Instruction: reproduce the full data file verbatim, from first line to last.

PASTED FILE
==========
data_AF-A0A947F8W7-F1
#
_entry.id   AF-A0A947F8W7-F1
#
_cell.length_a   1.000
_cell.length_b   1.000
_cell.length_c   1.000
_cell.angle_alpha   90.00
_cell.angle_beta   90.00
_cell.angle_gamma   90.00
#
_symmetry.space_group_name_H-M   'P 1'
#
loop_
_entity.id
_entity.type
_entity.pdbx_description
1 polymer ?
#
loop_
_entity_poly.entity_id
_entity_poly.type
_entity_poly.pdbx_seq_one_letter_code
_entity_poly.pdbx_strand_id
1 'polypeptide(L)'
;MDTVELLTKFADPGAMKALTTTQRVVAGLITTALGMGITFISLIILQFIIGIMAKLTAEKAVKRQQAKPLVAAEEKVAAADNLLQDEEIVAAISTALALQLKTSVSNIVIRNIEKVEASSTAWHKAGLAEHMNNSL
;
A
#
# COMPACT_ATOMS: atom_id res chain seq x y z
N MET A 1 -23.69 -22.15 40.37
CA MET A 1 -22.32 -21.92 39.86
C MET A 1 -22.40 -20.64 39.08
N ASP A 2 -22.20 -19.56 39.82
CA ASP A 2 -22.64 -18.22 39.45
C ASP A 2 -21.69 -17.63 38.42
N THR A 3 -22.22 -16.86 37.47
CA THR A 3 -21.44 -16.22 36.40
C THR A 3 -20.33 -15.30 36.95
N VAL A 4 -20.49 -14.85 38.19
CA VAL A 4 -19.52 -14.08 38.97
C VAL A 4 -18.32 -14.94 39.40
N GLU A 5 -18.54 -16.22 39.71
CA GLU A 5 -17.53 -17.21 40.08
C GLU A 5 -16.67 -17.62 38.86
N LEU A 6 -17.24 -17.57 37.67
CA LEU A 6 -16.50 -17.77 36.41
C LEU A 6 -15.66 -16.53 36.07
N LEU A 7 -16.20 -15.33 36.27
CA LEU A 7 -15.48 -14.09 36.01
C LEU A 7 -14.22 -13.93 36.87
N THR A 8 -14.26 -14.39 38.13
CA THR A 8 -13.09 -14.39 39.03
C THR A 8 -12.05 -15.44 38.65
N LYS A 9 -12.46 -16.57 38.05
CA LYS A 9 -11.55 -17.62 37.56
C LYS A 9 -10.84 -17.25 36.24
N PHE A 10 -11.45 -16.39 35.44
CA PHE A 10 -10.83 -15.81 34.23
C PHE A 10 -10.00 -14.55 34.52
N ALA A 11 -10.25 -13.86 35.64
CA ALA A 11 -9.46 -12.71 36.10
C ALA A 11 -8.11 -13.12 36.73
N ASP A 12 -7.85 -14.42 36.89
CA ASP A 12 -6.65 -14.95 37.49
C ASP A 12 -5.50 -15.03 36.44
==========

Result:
data_AF-A0A947F8W7-F1
#
_entry.id   AF-A0A947F8W7-F1
#
_cell.length_a   1.000
_cell.length_b   1.000
_cell.length_c   1.000
_cell.angle_alpha   90.00
_cell.angle_beta   90.00
_cell.angle_gamma   90.00
#
_symmetry.space_group_name_H-M   'P 1'
#
loop_
_entity.id
_entity.type
_entity.pdbx_description
1 polymer ?
#
loop_
_entity_poly.entity_id
_entity_poly.type
_entity_poly.pdbx_seq_one_letter_code
_entity_poly.pdbx_strand_id
1 'polypeptide(L)'
;MDTVELLTKFADPGAMKALTTTQRVVAGLITTALGMGITFISLIILQFIIGIMAKLTAEKAVKRQQAKPLVAAEEKVAAADNLLQDEEIVAAISTALALQLKTSVSNIVIRNIEKVEASSTAWHKAGLAEHMNNSL
;
A
#
# COMPACT_ATOMS: atom_id res chain seq x y z
N MET A 1 -23.69 -22.15 40.37
CA MET A 1 -22.32 -21.92 39.86
C MET A 1 -22.40 -20.64 39.08
N ASP A 2 -22.20 -19.56 39.82
CA ASP A 2 -22.64 -18.22 39.45
C ASP A 2 -21.69 -17.63 38.42
N THR A 3 -22.22 -16.86 37.47
CA THR A 3 -21.44 -16.22 36.40
C THR A 3 -20.33 -15.30 36.95
N VAL A 4 -20.49 -14.85 38.19
CA VAL A 4 -19.52 -14.08 38.97
C VAL A 4 -18.32 -14.94 39.40
N GLU A 5 -18.54 -16.22 39.71
CA GLU A 5 -17.53 -17.21 40.08
C GLU A 5 -16.67 -17.62 38.86
N LEU A 6 -17.24 -17.57 37.67
CA LEU A 6 -16.50 -17.77 36.41
C LEU A 6 -15.66 -16.53 36.07
N LEU A 7 -16.20 -15.33 36.27
CA LEU A 7 -15.48 -14.09 36.01
C LEU A 7 -14.22 -13.93 36.87
N THR A 8 -14.26 -14.39 38.13
CA THR A 8 -13.09 -14.39 39.03
C THR A 8 -12.05 -15.44 38.65
N LYS A 9 -12.46 -16.57 38.05
CA LYS A 9 -11.55 -17.62 37.56
C LYS A 9 -10.84 -17.25 36.24
N PHE A 10 -11.45 -16.39 35.44
CA PHE A 10 -10.83 -15.81 34.23
C PHE A 10 -10.00 -14.55 34.52
N ALA A 11 -10.25 -13.86 35.64
CA ALA A 11 -9.46 -12.71 36.10
C ALA A 11 -8.11 -13.12 36.73
N ASP A 12 -7.85 -14.42 36.89
CA ASP A 12 -6.65 -14.95 37.49
C ASP A 12 -5.50 -15.03 36.44